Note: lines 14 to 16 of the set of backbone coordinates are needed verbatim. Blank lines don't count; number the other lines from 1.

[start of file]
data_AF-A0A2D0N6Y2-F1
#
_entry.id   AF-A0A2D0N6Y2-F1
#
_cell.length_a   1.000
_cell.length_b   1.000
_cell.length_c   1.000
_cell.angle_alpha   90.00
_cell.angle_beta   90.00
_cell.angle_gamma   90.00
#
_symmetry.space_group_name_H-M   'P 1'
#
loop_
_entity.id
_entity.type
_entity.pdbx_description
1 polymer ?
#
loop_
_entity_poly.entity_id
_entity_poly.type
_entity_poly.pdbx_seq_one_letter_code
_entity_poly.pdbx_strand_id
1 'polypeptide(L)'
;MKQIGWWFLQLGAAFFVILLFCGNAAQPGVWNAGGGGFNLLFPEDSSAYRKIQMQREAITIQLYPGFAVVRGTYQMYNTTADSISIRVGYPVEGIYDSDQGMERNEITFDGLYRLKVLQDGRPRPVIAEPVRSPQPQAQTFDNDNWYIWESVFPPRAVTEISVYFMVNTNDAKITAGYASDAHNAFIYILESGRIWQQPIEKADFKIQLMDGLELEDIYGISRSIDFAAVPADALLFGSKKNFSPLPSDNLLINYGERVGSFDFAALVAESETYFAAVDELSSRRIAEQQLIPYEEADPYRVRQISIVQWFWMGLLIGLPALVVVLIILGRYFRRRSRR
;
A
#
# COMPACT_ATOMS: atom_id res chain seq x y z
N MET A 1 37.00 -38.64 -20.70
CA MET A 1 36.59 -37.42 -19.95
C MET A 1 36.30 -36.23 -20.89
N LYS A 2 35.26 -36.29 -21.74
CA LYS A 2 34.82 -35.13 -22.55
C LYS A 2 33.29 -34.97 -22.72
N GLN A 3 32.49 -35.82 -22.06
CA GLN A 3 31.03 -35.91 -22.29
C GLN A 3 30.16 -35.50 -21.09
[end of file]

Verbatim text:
loop_
_entity.id
_entity.type